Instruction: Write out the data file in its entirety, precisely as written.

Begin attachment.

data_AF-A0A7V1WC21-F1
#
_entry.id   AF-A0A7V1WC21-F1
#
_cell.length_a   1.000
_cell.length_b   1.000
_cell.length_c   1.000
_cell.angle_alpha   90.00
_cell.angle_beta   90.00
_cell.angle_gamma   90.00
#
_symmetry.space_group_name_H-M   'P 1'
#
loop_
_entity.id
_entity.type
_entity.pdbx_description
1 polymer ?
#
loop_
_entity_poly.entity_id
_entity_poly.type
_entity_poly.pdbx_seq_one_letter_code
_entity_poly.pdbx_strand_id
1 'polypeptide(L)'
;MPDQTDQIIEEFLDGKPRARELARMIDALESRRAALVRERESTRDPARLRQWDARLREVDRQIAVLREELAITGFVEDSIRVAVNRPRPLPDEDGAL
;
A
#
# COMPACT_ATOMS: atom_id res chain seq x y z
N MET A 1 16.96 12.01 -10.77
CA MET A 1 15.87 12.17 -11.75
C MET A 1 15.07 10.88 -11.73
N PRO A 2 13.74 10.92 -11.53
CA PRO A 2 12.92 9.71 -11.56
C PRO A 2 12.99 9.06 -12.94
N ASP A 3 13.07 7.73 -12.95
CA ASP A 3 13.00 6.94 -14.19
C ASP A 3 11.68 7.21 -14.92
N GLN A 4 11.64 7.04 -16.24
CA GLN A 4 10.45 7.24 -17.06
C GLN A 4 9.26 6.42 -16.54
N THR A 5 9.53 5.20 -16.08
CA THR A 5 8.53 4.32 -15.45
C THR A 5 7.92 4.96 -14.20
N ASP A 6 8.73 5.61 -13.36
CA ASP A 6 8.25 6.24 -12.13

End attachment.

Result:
data_AF-A0A7V1WC21-F1
#
_entry.id   AF-A0A7V1WC21-F1
#
_cell.length_a   1.000
_cell.length_b   1.000
_cell.length_c   1.000
_cell.angle_alpha   90.00
_cell.angle_beta   90.00
_cell.angle_gamma   90.00
#
_symmetry.space_group_name_H-M   'P 1'
#
loop_
_entity.id
_entity.type
_entity.pdbx_description
1 polymer ?
#
loop_
_entity_poly.entity_id
_entity_poly.type
_entity_poly.pdbx_seq_one_letter_code
_entity_poly.pdbx_strand_id
1 'polypeptide(L)'
;MPDQTDQIIEEFLDGKPRARELARMIDALESRRAALVRERESTRDPARLRQWDARLREVDRQIAVLREELAITGFVEDSIRVAVNRPRPLPDEDGAL
;
A
#
# COMPACT_ATOMS: atom_id res chain seq x y z
N MET A 1 16.96 12.01 -10.77
CA MET A 1 15.87 12.17 -11.75
C MET A 1 15.07 10.88 -11.73
N PRO A 2 13.74 10.92 -11.53
CA PRO A 2 12.92 9.71 -11.56
C PRO A 2 12.99 9.06 -12.94
N ASP A 3 13.07 7.73 -12.95
CA ASP A 3 13.00 6.94 -14.19
C ASP A 3 11.68 7.21 -14.92
N GLN A 4 11.64 7.04 -16.24
CA GLN A 4 10.45 7.24 -17.06
C GLN A 4 9.26 6.42 -16.54
N THR A 5 9.53 5.20 -16.08
CA THR A 5 8.53 4.32 -15.45
C THR A 5 7.92 4.96 -14.20
N ASP A 6 8.73 5.61 -13.36
CA ASP A 6 8.25 6.24 -12.13